87 F3d 1325 United States Mobin v. Desert Construction

87 F.3d 1325

40 Cont.Cas.Fed. (CCH) P 76,947

UNITED STATES of America, ex rel Said MOBIN, Relator,
Plaintiff-Appellant,
v.
DESERT CONSTRUCTION; Curtis Harmon; Rod Briggs,
Defendants-Appellees.

No. 95-16611

United States Court of Appeals, Ninth Circuit.

Submitted June 11, 1996.*
Decided June 14, 1996.

NOTICE: Ninth Circuit Rule 36-3 provides that dispositions other than opinions or orders designated for publication are not precedential and should not be cited except when relevant under the doctrines of law of the case, res judicata, or collateral estoppel.

Before: CANBY, JOHN T. NOONAN, JR., and LEAVY, Circuit Judges.

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1

MEMORANDUM**

2

Appellant Said Mobin appeals pro se from the magistrate judge's order dismissing his qui tam action with prejudice pursuant to Fed.R.Civ.P. 41(b). Mobin contends the magistrate judge erred by (1) denying his motion to amend the complaint; (2) denying review of his termination from federal employment; (3) denying his motion to appoint counsel; (4) requiring Mobin to post a bond prior to digging on government property; (5) permitting his attorney to withdraw; (6) sanctioning Mobin for filing frivolous motions; (7) denying his motion for discovery from the United States Air Force (8) dismissing his case for failure to submit a joint pretrial order; (9) striking the jury demand; (10) dismissing the action without government approval; and (11) not recusing itself for bias. We have jurisdiction under 28 U.S.C. § 1291 and affirm.

Background

3

On May 10, 1990, Mobin initiated pro se this qui tam action under the False Claims Act, 31 U.S.C. § 3729 et seq., alleging that Desert Construction, Inc., and two of its employees, Curtis Harmon, Rodney Briggs ("Desert Construction), conspired with eight individual federal employees (federal defendants) to defraud the United States in the performance of a construction contract at Nellis Air Force Base in Nevada (Nellis). Mobin retained counsel and filed an amended complaint.

4

On February 16, 1993, the district court dismissed the amended complaint with leave to amend. Mobin filed a second amended complaint dropping the federal defendants and proceeding solely against Desert Construction and its employees. The parties consented to having a magistrate judge assigned to hear the case.

5

Desert Construction and Mobin conducted substantial discovery. In early 1994, Mobin sought leave to excavate two high voltage electrical ducts at Nellis to prove that Desert Construction failed to encase them in concrete as required by the contract specifications. On July 19, 1994, a stipulation and order was filed authorizing Mobin to dig the holes at his own expense if he posted a $5,000.00 bond for each hole. On August 12, 1994, the magistrate judge denied Mobin's motion to eliminate the requirement of the $5,000.00 bond.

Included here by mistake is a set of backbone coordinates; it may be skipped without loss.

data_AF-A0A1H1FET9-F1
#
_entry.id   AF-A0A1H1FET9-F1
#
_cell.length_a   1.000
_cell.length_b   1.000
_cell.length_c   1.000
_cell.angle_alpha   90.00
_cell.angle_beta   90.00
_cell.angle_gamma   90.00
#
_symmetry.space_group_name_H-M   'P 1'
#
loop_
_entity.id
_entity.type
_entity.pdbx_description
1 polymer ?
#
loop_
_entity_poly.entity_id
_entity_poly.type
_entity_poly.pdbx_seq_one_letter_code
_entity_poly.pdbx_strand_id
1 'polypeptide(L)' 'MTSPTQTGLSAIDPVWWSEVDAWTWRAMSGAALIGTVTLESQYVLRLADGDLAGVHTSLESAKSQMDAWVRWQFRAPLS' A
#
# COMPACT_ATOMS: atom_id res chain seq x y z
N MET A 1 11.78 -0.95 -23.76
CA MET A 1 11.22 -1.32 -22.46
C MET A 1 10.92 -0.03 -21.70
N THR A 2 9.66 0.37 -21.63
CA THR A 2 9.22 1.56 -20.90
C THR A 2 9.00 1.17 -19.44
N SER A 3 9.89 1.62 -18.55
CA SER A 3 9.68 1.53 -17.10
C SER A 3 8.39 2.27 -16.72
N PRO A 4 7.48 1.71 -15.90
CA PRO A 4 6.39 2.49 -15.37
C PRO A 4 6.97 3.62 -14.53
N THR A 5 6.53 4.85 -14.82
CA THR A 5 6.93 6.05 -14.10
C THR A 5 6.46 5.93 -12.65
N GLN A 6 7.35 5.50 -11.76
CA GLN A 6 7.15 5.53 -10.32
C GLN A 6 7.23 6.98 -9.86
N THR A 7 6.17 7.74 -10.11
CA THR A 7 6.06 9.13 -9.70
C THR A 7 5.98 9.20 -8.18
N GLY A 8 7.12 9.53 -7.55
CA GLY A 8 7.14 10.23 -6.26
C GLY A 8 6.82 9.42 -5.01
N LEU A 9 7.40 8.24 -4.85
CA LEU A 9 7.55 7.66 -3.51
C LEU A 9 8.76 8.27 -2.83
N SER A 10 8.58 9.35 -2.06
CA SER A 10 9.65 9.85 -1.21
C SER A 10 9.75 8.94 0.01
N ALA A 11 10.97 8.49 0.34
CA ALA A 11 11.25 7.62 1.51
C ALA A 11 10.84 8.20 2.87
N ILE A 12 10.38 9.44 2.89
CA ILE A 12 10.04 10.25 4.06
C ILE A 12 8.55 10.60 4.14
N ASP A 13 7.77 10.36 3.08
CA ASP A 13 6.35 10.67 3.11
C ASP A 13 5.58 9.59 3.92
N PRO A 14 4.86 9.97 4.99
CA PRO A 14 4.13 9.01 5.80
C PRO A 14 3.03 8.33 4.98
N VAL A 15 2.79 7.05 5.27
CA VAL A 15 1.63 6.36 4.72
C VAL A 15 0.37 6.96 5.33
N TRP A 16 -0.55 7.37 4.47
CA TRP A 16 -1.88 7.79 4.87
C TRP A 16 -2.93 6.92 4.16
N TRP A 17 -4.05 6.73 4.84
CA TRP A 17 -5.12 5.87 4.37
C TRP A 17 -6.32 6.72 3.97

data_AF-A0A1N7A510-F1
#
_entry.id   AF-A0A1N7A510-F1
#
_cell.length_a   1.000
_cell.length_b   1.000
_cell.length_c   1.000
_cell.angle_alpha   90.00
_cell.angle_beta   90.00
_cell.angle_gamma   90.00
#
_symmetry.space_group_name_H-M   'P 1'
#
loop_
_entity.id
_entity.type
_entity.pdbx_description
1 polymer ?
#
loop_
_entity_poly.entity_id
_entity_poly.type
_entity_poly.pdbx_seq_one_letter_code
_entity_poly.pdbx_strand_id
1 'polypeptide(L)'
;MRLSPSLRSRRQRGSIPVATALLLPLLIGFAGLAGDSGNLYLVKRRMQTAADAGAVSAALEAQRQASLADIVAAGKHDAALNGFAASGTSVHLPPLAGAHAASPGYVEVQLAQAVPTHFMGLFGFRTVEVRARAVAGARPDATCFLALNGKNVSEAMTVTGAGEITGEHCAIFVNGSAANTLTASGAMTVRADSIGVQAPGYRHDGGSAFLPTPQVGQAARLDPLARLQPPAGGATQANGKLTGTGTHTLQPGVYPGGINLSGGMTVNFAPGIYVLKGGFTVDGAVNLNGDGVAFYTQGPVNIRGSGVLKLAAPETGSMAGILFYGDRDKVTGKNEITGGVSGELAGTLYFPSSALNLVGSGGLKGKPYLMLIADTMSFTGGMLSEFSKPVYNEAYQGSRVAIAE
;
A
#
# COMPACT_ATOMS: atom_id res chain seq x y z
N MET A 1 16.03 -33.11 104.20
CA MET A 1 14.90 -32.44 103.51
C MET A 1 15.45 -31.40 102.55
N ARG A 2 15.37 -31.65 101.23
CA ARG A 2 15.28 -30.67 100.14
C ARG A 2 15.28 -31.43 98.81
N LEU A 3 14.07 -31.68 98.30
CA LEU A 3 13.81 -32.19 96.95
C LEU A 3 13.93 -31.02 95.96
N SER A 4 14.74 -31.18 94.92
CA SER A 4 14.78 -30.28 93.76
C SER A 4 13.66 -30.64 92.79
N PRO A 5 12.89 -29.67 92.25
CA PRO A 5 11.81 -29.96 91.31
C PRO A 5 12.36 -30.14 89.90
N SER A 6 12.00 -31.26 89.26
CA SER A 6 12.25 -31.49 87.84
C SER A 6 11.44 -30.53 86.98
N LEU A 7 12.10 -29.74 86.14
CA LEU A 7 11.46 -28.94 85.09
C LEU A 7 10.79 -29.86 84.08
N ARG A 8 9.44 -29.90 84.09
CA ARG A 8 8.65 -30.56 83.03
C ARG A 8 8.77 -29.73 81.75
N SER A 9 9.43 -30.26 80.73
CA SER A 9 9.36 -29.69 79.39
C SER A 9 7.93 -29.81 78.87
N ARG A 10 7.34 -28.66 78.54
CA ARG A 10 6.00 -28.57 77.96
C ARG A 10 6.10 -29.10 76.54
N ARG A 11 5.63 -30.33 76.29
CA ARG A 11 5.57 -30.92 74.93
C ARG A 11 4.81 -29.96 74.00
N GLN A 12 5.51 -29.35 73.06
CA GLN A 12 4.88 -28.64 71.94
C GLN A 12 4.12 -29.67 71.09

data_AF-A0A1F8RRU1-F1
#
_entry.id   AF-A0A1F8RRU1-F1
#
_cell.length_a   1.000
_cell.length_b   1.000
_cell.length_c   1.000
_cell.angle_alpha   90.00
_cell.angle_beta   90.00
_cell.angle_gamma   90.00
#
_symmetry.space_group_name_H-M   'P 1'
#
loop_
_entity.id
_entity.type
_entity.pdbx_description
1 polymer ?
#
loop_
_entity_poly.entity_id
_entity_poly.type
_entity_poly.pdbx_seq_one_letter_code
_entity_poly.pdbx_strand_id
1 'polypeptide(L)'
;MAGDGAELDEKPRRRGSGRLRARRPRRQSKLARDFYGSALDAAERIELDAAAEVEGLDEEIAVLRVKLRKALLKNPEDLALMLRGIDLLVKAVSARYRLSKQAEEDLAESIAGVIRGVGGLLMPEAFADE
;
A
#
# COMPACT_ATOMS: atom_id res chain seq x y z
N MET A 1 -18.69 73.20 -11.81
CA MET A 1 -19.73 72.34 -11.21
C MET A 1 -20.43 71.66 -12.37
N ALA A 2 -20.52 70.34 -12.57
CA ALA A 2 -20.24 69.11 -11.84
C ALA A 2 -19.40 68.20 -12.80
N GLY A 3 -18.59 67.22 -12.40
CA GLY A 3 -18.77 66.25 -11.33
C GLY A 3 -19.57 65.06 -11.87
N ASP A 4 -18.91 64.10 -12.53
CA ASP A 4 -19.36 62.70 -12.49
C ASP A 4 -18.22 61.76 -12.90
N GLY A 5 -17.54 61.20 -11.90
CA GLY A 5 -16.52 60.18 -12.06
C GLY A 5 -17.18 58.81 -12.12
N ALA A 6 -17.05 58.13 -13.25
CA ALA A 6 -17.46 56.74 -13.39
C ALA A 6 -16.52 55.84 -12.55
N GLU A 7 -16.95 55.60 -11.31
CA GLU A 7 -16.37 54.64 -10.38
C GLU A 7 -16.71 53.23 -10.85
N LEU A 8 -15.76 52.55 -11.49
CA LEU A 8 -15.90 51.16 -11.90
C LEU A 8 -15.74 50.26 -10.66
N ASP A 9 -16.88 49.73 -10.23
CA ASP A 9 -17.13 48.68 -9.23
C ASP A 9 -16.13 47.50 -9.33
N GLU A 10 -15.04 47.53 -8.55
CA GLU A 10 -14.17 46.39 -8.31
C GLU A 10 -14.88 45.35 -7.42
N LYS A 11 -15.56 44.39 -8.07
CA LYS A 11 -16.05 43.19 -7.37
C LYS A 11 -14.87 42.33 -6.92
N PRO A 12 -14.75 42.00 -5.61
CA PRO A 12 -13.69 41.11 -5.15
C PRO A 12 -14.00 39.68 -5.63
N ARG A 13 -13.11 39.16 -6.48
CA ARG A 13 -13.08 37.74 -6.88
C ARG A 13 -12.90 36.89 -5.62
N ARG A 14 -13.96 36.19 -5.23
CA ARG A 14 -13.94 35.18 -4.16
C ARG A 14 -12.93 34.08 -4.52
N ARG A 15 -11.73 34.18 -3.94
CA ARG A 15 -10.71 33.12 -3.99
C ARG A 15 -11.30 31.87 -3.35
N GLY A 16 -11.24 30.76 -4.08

6

On October 14, 1994, the magistrate judge granted Mobin's attorney's motion to withdraw because of a strained attorney-client relationship. On November 16, 1995, the magistrate judge denied Mobin's motions to reconsider the order allowing counsel to withdraw, to require former counsel to find new counsel, and to compel his former attorney to return funds. Mobin never retained new counsel and proceeded pro se.

7

On March 27, 1995, the magistrate judge denied Mobin's motion to amend the stipulation regarding the excavation at Nellis. The court warned Mobin if he raised the bond issue again he might be sanctioned.

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8

On April 4, 1995, Mobin requested leave to file a third amended complaint renewing the conspiracy claims against the federal defendants which had been dropped in March 1993 and adding employment claims.

9

On April 7, 1995, the magistrate judge extended the time to file the joint pretrial order to April 28, 1995. On April 28, 1995, Desert Construction's counsel sent the court a letter requesting direction on the preparation of the joint pretrial order. Counsel submitted an affidavit stating that he spent approximately eight hours attempting to work out the joint pretrial order with Mobin but that Mobin's exhibits were not ready and Mobin insisted on including the claims against the federal defendants.

10

On May 15, 1995, the magistrate judge denied Mobin's motion to file an amended complaint at the "eleventh hour" and concluded that Mobin had waived his right to a jury trial. The court also ordered Mobin to pay defendants $300.00 as attorneys' fees for having to defend against unnecessary motions. The court also ordered a status conference to discuss the preparation of the joint pretrial order.